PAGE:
But his silver medal winning team-mate, Michael Eilberg, quickly took over at the top of the leaderboard when posting 79.696 with Half Moon Delphi. The charming grey mare showed lovely, rhythmical work and increased in confidence every time she entered the arena this week.
Second Half Evolved
The lead continued to change hands and the scores continued to rocket upwards as the second half of the competition evolved. Austria’s Victoria Max-Theurer and Augustin posted the first score over 80 per cent at 81.036 only for that to be improved upon by one of the most exciting new partnerships in action at these Dressage Championships.
America’s Laura Graves has appeared almost out of nowhere to place herself amongst the elite of the sport this summer, and her success is all the more heart-warming for the fact that she is riding a horse that cost her just €1,000. Hers is a story of deep dedication and a lot of hard work, and once again today the 27-year-old rider and her 12-year-old Dutch gelding were completely at one when throwing down a great mark of 82.036 in just the third Freestyle of their career.
That would prove good enough for fifth place amongst a field of champions. Graves said this evening that her recipe for success is to keep things methodical, and that her result proves “that just being patient and doing what you know is right can get you to where you want to go!”
Grand Prix Special bronze medallist, Germany’s Kristina Sprehe, followed with a superb performance from Desperados FRH who simply sparkled to bring the target mark to 83.125. But two horses later, and with just three left to go, Helen Langehanenberg and Damon Hill NRW raised the stakes even higher with a test that was smooth as silk.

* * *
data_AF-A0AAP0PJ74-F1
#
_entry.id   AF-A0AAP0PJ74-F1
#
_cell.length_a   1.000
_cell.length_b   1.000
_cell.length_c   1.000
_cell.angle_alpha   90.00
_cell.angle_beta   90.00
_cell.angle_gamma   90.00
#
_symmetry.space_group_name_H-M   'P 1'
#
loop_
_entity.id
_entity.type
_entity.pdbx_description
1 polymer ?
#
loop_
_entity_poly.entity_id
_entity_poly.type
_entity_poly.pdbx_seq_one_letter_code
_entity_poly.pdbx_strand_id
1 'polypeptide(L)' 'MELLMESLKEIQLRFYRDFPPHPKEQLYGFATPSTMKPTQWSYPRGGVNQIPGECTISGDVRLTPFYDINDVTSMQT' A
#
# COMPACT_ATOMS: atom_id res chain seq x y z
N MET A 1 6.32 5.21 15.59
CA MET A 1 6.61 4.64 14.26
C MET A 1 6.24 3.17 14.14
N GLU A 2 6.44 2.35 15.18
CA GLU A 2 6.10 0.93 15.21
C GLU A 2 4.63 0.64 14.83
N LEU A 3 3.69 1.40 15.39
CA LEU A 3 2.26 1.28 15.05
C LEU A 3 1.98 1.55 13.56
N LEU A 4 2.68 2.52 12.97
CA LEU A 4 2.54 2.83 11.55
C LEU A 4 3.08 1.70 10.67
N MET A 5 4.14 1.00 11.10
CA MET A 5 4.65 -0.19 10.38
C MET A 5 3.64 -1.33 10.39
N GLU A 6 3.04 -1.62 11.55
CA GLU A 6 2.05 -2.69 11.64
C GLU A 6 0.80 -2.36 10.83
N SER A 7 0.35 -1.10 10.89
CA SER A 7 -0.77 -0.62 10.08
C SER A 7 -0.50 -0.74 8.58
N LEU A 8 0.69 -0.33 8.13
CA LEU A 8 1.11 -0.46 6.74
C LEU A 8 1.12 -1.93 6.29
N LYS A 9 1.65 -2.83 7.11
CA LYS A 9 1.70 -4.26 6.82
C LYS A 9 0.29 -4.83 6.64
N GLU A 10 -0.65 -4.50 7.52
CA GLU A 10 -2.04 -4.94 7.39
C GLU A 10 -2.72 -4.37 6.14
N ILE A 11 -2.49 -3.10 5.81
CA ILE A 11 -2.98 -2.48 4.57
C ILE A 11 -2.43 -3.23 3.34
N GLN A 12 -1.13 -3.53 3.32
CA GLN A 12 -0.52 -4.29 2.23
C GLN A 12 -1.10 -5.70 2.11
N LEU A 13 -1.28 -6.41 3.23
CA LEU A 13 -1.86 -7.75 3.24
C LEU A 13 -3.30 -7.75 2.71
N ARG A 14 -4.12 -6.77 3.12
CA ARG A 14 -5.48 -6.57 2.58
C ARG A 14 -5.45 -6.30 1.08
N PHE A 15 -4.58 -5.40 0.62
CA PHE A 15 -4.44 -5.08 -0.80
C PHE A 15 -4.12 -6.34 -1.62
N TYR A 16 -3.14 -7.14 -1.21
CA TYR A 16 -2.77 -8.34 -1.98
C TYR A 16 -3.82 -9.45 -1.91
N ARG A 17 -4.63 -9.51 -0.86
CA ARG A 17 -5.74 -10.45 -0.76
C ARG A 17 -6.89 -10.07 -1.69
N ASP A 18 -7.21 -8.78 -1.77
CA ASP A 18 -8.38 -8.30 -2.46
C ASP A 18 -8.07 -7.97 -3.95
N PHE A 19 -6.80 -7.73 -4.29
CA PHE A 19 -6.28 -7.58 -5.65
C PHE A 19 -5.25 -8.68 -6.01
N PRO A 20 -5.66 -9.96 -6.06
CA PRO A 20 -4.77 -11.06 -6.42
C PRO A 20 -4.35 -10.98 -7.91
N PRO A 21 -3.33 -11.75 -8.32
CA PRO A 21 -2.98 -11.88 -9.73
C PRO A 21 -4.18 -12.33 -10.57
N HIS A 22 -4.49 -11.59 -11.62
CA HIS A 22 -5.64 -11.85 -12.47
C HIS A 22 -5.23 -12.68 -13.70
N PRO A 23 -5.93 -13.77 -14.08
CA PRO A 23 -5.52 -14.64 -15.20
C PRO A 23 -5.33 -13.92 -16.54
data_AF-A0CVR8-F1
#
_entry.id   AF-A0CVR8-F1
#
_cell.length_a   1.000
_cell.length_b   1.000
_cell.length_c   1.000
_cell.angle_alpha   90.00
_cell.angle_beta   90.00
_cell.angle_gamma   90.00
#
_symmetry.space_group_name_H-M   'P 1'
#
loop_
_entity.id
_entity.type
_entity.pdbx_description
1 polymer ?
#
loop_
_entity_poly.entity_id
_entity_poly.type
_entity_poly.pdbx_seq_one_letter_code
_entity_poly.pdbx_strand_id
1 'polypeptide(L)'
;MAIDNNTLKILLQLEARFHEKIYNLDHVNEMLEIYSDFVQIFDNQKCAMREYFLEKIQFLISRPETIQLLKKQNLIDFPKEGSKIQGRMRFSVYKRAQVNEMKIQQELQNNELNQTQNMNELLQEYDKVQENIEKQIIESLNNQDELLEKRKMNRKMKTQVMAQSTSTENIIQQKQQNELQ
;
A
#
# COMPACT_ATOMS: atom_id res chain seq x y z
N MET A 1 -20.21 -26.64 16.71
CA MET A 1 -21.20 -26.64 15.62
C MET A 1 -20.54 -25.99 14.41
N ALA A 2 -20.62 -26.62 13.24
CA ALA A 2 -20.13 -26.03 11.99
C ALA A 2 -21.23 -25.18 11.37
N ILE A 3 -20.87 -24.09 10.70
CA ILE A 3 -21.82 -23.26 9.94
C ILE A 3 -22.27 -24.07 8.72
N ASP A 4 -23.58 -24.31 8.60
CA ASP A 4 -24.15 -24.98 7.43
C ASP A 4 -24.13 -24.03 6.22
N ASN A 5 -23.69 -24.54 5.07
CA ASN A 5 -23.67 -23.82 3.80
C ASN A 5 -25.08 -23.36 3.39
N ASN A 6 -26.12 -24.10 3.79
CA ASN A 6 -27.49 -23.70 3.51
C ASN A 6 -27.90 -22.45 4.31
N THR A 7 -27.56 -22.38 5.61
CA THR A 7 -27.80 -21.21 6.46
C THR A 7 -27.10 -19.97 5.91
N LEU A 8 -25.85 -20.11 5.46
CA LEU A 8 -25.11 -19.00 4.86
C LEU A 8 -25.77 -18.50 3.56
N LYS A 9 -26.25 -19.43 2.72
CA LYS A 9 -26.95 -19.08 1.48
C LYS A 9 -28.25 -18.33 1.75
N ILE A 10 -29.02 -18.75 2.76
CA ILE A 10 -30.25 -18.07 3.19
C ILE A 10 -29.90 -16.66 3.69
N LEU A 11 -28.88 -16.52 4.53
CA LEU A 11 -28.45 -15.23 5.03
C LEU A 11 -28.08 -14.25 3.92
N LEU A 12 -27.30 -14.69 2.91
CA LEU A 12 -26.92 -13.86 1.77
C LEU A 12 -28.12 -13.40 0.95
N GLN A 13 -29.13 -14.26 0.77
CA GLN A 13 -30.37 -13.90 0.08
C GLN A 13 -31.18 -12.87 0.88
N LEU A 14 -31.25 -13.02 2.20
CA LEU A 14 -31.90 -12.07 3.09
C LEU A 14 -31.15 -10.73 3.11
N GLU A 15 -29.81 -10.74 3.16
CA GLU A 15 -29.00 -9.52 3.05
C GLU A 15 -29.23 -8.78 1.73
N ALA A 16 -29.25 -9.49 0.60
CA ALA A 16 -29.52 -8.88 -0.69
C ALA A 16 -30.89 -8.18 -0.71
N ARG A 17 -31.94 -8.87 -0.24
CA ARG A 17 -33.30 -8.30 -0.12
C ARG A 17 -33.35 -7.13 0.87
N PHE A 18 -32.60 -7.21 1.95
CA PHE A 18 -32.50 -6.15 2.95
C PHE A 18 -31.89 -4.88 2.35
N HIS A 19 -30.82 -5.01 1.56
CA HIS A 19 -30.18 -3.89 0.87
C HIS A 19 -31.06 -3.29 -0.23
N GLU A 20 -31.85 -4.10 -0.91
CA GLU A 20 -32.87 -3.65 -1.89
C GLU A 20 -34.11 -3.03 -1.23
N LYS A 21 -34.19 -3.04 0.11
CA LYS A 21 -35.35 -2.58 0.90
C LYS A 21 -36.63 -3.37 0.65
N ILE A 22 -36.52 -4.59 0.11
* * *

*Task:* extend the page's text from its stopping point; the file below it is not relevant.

After Charlotte Dujardin and Valegro, the target was now standing at 88.286, but that was never going to faze Dujardin and Valegro, who arrived into the arena to yet another primeval roar from the crowd before setting off to weave their magical spell once more and put the result beyond doubt when posting 92.196.
It wasn’t easy for The Netherlands’ Adelinde Cornelissen and Jerich Parzival to follow. But as the Dutch rider said afterwards her wonderful chestnut horse “feels like he’s seven years old, not 17. He’s amazing and he just keeps doing his best over and over again”. Posting 85.714 the pair easily slotted into bronze behind Langehanenberg, and Cornelissen was filled with emotion because her gelding has returned from ill-health to place himself amongst the best of the best once again at this late stage in his career.
“A lot of people said his best days were over, but a bronze medal in the World Championships proves that they were wrong!” said Cornelissen this evening. “It's not easy to ride after Charlotte, there was a lot of noise but I thought ‘take it easy and just do your own thing’. Now it is just about keeping him fit and happy and he will still be there for the Olympics (Rio 2016). As long as he still loves the games, we won’t be stopping,” the Dutch rider said tonight.
And Langehanenberg was also delighted with her result. “This is my first world championships and I’m going home with team gold and two individual silver medals. I’m so proud of Dami, I enjoy him every time I go in the arena and he always does his very best for me. Dami can speak and read. He’s more than any other horse. He’s just perfect. He had the best character you could have.”